TORONTO--(BUSINESS WIRE)--Chartered Professional Accountant, Rodney Davis of GreySuits Inc. a strategic accounting firm was interviewed about how business leaders can work with finance to determine compensation, how to measure employee performance and determining bonuses.
Q: Let’s start with a fundamental question. How do you determine if an employee is worth their salary?
Rodney Davis: That can be a subjective conversation point, but it doesn’t have to be. The job of a good finance person is to isolate the cost components and understand how they affect the bottom line. Evaluating the cost of labour is no different than the cost of a supply input where you evaluate the profitability of a product or service to understand to what extent the cost is controllable or not controllable.
Q: How do you financially measure their performance?
Rodney Davis: You have different measurements for different job functions. Our job is to assess an individual based on their inputs and outputs as well as the controllable and uncontrollable factors. For a salesperson, you can measure how many leads they get, how many people they convert, how long it takes them to convert, their average sale value and so on. In the case of marketing, how much money did you give them to spend? How did that translate into dollars earned? For manufacturing, how many units came down the line? How many of those units came out defective? The baseline of every good budget has two components. One is revenue and cost of goods sold associated with that revenue. And the other is staffing. In any good budget, staffing is a completely separate component broken down to the associated costs with each of those positions. So, when finance is having that conversation at the management level, they typically speak in terms of the staffing costs and how those translate as a percentage of the organization. And of course, they’ll provide metrics against those same functions in other organizations, so that you're having a real conversation about the effectiveness of that team.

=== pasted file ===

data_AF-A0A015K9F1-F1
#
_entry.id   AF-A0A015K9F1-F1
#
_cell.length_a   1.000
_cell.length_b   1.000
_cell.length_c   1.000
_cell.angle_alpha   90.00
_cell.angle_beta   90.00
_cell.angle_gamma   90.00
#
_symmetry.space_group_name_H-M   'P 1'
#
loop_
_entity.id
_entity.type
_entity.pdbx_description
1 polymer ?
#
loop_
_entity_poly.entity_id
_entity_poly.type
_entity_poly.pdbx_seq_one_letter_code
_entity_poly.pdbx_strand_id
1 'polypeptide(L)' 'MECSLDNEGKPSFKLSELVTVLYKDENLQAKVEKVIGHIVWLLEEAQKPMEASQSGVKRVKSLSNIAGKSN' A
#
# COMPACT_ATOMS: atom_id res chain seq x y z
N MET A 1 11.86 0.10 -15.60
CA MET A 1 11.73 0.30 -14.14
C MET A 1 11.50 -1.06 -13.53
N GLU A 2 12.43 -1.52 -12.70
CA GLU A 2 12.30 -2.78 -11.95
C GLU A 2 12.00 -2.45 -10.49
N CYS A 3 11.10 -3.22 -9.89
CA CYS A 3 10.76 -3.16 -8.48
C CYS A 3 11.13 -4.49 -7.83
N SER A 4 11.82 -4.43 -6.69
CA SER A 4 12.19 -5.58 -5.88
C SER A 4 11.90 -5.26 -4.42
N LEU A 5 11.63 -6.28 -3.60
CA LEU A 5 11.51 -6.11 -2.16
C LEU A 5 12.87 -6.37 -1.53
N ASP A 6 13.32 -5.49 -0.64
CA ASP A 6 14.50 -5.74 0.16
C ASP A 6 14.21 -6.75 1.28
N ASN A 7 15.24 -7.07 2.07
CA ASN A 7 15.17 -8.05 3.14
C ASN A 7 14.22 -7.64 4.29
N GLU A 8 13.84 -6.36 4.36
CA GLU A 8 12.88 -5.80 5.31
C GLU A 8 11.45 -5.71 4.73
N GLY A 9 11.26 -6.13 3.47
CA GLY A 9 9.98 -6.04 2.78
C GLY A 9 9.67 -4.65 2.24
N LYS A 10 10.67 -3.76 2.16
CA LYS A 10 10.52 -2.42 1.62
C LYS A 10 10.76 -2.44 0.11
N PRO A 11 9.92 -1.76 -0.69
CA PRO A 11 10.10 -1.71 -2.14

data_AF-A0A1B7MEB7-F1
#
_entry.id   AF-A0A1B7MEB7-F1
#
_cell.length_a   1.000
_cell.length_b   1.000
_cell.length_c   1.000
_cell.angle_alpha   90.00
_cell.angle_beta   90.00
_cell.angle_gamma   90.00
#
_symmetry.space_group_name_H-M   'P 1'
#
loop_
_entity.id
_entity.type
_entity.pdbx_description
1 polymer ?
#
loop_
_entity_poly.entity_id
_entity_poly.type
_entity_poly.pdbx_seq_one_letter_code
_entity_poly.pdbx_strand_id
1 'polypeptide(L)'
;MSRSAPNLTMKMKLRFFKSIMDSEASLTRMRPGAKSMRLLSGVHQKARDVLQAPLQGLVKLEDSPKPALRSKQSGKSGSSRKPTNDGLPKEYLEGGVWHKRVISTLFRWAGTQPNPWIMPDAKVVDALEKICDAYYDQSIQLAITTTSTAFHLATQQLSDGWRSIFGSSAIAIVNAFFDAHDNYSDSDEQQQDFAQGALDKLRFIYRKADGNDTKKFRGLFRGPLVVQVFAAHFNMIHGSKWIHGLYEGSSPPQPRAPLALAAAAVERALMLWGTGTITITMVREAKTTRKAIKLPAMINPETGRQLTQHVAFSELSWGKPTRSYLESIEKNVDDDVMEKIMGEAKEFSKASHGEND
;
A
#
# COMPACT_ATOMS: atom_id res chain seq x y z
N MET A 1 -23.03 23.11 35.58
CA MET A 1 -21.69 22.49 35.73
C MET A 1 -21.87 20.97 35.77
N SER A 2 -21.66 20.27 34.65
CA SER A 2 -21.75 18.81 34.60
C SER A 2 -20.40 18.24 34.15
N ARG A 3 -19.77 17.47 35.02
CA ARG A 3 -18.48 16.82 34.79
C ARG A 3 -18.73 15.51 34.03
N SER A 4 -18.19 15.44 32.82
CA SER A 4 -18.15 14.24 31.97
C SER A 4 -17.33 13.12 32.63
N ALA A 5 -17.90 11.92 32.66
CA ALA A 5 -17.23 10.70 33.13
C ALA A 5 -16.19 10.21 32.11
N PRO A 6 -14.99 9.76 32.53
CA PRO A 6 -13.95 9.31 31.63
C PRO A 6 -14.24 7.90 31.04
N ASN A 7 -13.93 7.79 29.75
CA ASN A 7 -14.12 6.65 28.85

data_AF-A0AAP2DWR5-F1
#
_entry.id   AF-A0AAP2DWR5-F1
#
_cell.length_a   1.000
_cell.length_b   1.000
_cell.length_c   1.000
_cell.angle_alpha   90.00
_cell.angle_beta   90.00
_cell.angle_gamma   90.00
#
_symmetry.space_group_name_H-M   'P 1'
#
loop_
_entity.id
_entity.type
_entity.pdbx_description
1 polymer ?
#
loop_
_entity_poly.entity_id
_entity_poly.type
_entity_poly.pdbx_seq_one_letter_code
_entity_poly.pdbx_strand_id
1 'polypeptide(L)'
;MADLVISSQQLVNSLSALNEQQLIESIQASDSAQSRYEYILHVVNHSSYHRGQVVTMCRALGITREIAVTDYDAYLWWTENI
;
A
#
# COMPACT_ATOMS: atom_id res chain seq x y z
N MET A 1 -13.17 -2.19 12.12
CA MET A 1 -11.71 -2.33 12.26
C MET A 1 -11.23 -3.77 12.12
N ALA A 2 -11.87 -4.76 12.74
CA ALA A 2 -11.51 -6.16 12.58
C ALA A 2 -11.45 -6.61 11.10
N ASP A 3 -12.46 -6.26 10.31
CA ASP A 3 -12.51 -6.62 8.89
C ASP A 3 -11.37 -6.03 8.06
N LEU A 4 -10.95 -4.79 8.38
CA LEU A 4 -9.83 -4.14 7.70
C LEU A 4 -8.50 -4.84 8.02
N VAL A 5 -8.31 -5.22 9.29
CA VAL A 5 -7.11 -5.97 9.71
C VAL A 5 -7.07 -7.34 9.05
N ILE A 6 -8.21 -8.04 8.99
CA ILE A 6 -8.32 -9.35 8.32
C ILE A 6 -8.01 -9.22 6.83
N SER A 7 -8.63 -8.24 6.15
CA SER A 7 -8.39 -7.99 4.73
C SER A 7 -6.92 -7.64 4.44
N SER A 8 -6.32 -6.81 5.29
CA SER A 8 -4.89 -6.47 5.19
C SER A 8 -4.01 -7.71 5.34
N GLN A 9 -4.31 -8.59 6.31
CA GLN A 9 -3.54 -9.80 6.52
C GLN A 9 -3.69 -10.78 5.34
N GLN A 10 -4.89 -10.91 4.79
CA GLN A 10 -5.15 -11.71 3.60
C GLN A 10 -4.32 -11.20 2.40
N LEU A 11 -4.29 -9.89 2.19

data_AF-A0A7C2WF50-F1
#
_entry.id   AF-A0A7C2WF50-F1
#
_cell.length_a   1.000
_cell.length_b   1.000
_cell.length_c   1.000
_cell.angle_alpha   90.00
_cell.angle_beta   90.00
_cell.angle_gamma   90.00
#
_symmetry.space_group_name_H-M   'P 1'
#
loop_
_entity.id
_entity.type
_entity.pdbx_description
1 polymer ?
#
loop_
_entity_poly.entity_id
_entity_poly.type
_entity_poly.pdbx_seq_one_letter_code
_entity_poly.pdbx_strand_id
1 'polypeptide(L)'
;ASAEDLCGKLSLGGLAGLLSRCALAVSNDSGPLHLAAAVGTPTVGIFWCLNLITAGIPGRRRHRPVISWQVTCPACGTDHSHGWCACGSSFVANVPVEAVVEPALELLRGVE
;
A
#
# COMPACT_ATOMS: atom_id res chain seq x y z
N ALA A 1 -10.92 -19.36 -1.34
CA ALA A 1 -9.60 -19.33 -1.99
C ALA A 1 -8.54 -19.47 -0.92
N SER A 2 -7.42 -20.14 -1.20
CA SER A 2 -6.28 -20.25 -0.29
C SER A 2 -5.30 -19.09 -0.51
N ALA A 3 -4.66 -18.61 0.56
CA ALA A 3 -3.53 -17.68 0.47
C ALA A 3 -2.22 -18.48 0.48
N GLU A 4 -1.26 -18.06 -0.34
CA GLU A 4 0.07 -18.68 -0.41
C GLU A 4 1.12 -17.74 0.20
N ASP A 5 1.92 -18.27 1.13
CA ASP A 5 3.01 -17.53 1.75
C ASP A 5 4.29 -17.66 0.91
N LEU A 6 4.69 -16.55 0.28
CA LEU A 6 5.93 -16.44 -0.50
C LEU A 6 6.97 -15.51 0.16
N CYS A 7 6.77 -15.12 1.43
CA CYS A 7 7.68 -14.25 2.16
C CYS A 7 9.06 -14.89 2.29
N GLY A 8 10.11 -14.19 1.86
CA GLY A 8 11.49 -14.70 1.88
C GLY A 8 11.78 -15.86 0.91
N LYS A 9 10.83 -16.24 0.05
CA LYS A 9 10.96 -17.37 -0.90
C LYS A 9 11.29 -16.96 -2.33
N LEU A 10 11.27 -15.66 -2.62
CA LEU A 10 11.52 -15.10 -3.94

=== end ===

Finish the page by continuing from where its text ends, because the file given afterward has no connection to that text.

Q: And what metrics should be put in place to help entrepreneurs determine bonuses?
Rodney Davis: I tell all my clients, if you can't calculate bonuses, then there's something wrong with your compensation plan. The right bonus levels should be tied to the target compensation for that position. Target earnings is one option. I determine the target compensation for an executive is $100K and I want their compensation to be consistent with the industry, which is 80% fixed and 20% variable. I might give them an $80K base salary with a bonus objective of 25% as a target. We have an upside that's tied to overperformance or a ratchet tied to underperformance. I don’t recommend making it all-or-nothing, because if you're 80% into the year and you know you're not getting your bonus, you may take your foot off the gas. If there’s something at stake, you'll keep working hard. The other is this: A company has a return requirement of X. If they make that return, then the pre-bonus is higher and they could agree to give management a share of everything above that target. In that case, the sky's the limit.
If your executives can calculate your compensation plan, you're invariably going to find they’ll perform better. They know the rules and where the goalposts are and can determine how much effort is needed to get there.
Rodney Davis, CA, CPA is a partner and practice leader at GreySuits Advisors Inc. He has been working with private and public organizations since 1990 in change management.
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